I didn’t weigh the gear, but it was probably in the 40-50 pound range. Cutting the clothes and food would help lower that. We got some use out of everything else.

The fire log was nice to have for roasting marshmallows, but next time I would buy it at a store closer to the campground rather than lug it all the way up.

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Photo by Jay Rochlin.

The weight made the ride up there tiring. the 40 pounds of gear coupled with a 30-pound girl, and a 70-pound bike makes for a pretty heavy load.

We got the steepest part of the ride out of the way early on Via Entrada and the rest of it was pretty mild comparatively.

Once we arrived at the campsite, we pitched the tents and set up camp. Two curious bicyclists quickly rode up to ask about the bikes we were riding and whether we were touring. It turns out they were car camping but use their bikes to get around when they hit a campsite.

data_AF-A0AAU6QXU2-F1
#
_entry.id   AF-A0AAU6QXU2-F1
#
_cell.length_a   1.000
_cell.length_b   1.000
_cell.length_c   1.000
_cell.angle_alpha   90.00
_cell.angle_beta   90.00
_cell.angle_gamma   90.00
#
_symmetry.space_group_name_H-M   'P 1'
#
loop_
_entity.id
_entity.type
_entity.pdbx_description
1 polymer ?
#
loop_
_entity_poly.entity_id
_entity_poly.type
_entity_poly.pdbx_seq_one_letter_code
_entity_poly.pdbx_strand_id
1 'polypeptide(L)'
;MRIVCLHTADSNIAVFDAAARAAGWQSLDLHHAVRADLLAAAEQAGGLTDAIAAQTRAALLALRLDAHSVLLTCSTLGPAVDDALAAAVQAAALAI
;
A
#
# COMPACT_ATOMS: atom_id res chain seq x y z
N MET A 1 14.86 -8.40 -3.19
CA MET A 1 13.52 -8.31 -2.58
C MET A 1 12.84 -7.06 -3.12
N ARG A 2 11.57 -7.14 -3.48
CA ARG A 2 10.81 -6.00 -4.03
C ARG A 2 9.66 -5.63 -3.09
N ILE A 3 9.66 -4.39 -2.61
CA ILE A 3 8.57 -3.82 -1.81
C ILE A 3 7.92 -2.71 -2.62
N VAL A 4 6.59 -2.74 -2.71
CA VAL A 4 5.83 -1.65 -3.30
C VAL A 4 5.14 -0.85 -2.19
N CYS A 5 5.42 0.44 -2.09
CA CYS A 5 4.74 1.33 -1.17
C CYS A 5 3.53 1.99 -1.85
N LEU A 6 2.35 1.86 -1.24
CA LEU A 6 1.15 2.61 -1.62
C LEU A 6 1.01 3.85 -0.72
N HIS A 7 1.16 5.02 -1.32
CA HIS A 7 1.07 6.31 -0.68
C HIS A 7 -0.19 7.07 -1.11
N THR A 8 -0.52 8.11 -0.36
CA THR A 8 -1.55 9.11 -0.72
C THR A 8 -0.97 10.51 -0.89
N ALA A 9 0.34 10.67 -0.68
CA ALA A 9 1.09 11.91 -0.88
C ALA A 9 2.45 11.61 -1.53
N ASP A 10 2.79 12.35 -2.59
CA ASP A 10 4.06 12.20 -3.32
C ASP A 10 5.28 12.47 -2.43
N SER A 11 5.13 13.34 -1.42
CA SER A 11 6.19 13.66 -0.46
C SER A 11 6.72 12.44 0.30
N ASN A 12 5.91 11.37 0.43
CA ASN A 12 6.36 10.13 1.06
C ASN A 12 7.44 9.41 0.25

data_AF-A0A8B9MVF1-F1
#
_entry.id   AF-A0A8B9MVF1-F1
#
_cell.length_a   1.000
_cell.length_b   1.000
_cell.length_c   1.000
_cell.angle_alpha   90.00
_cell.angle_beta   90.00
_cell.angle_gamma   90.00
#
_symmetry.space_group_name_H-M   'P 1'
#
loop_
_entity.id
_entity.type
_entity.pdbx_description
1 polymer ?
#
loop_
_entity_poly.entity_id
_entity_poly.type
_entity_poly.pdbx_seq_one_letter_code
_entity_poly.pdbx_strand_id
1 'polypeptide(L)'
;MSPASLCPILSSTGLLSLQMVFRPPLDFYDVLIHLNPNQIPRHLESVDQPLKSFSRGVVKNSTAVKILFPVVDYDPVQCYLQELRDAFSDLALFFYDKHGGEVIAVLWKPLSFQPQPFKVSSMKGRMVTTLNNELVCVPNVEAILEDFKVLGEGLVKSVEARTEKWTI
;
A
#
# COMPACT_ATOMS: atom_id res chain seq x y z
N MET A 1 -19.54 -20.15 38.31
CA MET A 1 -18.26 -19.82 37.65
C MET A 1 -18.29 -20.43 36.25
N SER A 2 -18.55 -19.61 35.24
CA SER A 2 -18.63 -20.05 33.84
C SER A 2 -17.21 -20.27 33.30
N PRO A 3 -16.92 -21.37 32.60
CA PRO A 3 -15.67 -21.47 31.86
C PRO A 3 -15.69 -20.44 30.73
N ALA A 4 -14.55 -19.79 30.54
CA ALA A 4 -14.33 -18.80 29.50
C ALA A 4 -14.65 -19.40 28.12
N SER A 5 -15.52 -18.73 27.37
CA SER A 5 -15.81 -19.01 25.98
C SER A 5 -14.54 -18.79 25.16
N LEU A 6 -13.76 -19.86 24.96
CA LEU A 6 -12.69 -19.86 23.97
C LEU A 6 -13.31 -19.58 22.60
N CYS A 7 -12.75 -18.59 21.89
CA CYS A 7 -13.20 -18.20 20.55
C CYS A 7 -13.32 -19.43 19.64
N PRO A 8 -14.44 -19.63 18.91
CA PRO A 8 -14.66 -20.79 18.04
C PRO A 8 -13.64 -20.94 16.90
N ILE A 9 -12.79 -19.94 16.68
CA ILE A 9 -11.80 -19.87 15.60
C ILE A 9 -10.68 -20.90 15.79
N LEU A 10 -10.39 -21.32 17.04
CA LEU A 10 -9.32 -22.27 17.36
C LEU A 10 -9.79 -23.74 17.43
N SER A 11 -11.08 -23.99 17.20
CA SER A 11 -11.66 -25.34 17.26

We rode over to a trailhead and took a short hike before heading back to camp and fixing bean burritos for dinner.

As it turns out, it was the solstice, so the sun went down quickly and we called it a night pretty early. Luci and I read and told stories until she finally fell asleep.

My biggest concern for the whole trip was the cold. We picked Friday because it was one of the most mild days during December, but it still got down to about 40 degrees.

Luci’s sleeping bag is rated for 30 degrees, but she wasn’t all that interested in using it. The quilt I brought was thick and made by my grandmother years ago. It helped, but I think she was a little cold. She woke up in the middle of the night and seemed cold so I had her put on her jacket and a hat. She seemed warm enough for the rest of the night.